To understand biofeedback, think of a thermometer-an external device that measures a physiological change. Biofeedback uses electronic or electromechanical instruments to monitor, measure, process and feed back information about blood pressure, muscle tension, heart rate, brain waves and other physiological functions.
Audio and/or visual feedback signals reflect this activity. This gives you greater awareness and voluntary control: First you learn to control the external signal and, eventually, you learn to recognize and use internal cues.
Biofeedback is a relatively recent approach, first developed in the 1940s. The term came into use around 1969 to describe procedures that trained research subjects to alter brain activity, blood pressure, muscle tension, heart rate and other "involuntary" bodily functions. The goal is to train you, primarily through relaxation techniques, to control physiological reactions that aren't working properly.
At first, biofeedback was viewed with skepticism, but it has been increasingly accepted by mainstream health care professionals and insurers. In the last 30 years, scientists have been exploring the mind/body connection. More acceptance and widespread use of biofeedback therapy has resulted.
Roughly half a million people have tried the technique, usually in conjunction with other therapies. Studies indicate that it is an effective therapy, and it is supported by the National Institutes of Health (NIH).
Biofeedback is most helpful for conditions involving muscle tension. It's a particularly useful therapy for reducing stress and anxiety, and the NIH has approved its use in the treatment of chronic pain and insomnia. Biofeedback can be used as both a primary and secondary treatment. Secondary treatments are used in conjunction with traditional medicine. In these cases, biofeedback would be used to deal with the trauma or fear of having a disease like cancer, pain associated with the condition and for the nausea from chemotherapy. Biofeedback is a secondary treatment for diseases like multiple sclerosis, Crohn's disease and other conditions that are not considered curable by biofeedback, although some symptoms of these conditions can be alleviated with this therapy.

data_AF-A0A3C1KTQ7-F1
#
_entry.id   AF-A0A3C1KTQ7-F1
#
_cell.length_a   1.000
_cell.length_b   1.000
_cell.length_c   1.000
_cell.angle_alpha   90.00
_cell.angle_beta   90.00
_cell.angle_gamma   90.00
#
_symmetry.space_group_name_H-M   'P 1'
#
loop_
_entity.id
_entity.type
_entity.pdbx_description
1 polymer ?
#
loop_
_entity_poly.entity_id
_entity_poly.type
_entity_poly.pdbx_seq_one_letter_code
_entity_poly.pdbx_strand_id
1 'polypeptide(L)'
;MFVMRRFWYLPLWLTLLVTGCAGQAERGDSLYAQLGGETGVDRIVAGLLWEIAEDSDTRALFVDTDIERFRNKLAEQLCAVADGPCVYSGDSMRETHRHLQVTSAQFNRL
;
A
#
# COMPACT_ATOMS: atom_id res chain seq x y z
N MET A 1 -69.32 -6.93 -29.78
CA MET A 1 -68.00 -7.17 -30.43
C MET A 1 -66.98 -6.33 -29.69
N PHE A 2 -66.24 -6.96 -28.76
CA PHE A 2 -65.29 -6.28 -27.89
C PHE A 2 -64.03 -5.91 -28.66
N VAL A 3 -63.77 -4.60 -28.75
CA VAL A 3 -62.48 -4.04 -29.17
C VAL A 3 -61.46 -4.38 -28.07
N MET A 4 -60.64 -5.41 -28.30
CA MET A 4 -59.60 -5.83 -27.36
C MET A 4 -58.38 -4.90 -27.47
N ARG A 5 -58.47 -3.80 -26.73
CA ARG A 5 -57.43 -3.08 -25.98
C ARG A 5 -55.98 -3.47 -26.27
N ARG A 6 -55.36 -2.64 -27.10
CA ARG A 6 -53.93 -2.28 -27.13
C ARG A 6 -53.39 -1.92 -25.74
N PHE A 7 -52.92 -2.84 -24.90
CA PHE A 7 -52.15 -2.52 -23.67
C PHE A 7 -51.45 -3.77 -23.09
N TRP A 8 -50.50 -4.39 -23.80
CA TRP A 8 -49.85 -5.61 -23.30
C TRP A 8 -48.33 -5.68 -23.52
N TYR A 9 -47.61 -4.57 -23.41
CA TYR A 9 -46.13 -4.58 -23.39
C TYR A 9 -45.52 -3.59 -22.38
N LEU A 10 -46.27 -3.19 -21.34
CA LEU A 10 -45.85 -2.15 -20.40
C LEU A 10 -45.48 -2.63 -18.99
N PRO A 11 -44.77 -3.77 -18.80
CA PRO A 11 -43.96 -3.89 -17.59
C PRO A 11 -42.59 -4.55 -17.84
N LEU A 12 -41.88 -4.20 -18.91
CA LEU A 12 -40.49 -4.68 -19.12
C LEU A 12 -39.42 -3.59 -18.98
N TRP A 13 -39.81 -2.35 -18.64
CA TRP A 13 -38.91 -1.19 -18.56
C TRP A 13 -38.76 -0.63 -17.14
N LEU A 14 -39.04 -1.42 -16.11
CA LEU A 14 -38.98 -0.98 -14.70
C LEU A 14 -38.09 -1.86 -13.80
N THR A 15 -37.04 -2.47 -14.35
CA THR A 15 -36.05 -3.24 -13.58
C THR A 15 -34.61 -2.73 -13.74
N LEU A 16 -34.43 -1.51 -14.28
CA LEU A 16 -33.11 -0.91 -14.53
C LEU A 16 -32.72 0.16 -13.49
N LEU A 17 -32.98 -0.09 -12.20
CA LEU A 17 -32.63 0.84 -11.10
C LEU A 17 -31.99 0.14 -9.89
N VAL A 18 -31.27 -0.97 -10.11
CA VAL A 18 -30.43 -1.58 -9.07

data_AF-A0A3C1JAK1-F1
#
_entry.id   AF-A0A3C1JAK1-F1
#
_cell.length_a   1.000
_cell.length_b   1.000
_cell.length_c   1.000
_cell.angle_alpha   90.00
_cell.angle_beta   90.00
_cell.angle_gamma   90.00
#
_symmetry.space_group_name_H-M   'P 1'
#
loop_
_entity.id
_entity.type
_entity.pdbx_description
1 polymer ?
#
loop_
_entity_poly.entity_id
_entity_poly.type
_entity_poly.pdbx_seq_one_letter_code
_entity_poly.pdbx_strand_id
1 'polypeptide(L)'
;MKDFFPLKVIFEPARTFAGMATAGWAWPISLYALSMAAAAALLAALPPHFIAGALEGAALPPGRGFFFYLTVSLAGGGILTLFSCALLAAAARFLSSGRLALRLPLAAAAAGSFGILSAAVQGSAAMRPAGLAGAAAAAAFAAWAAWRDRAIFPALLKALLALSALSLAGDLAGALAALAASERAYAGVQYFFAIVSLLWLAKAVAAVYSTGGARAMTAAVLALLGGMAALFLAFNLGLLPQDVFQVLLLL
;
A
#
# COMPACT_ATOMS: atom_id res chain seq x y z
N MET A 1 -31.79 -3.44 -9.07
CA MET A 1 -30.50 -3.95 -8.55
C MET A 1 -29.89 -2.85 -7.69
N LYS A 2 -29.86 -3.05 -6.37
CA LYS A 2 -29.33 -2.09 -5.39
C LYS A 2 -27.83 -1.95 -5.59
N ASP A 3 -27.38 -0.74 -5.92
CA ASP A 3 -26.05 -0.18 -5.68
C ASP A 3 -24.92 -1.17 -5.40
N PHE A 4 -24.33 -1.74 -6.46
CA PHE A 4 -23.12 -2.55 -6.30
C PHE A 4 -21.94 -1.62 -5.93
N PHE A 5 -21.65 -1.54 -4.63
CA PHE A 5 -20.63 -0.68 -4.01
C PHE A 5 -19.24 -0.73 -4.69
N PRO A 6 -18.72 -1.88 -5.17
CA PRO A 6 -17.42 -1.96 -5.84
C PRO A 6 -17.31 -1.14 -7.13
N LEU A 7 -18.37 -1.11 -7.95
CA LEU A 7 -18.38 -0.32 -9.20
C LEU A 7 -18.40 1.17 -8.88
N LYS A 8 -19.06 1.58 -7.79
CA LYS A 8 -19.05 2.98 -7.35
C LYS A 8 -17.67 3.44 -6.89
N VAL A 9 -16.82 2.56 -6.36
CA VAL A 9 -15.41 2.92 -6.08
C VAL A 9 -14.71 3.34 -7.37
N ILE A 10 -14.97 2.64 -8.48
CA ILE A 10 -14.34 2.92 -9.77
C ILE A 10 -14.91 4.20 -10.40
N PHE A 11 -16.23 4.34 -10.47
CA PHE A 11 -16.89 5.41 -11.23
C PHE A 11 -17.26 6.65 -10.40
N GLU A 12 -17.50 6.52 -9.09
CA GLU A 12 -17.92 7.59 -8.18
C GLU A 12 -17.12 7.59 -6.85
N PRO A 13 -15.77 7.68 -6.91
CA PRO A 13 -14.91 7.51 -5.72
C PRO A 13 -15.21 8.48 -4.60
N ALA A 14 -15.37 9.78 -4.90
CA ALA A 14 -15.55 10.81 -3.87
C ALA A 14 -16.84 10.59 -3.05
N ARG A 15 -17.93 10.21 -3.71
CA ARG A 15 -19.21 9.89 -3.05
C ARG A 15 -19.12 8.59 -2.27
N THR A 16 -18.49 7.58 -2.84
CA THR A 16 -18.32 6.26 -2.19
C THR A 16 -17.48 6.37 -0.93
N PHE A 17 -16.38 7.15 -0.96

There are at least 150 applications for biofeedback, and the list continues to grow. Below are the most common uses:
* addiction to alcohol, tobacco and other drugs
* anxiety disorders
* attention deficit disorder
* bruxism (teeth grinding)
* cardiac arrhythmia (abnormalities in heartbeat)
* chronic fatigue syndrome
* chronic pain
* circulatory problems (such as Raynaud's phenomenon)
* concentration improvement for education and meditation
* control of brain waves for spiritual development and inner tranquility
* fecal incontinence
* headaches (including migraines)
* high blood pressure
* irritable bowel syndrome and other digestive disorders
* jaw pain and dysfunction (including temporomandibular joint syndrome)
* menopausal symptoms
* menstrual cramps
* migraine headaches
* mild depression
* nausea and motion sickness
* neuromuscular re-education
* paralysis, spinal cord injury and other movement disorders
* premenstrual syndrome
* torticollis (neck muscles contract involuntarily, causing the head to turn)
* Tourette's syndrome
* urinary incontinence
* vulvovaginal pain
New applications are being developed regularly. Perhaps most closely associated with stress reduction, biofeedback has also been shown to be effective for insomnia and chronic pain (including arthritis, muscle spasms and headaches). It has been shown to help those with Raynaud's disease (periodic loss of circulation in the fingers and/or feet). It is used to reduce tension, fatigue and anxiety; alleviate depression; and even help overcome alcoholism and drug addiction. It's also been used successfully for digestive disorders (such as difficulty swallowing, ulcers, irritable bowel syndrome and acidity), blood-pressure problems and paralysis. In addition, it's been used for retraining and strengthening muscles after an accident, surgery or stroke.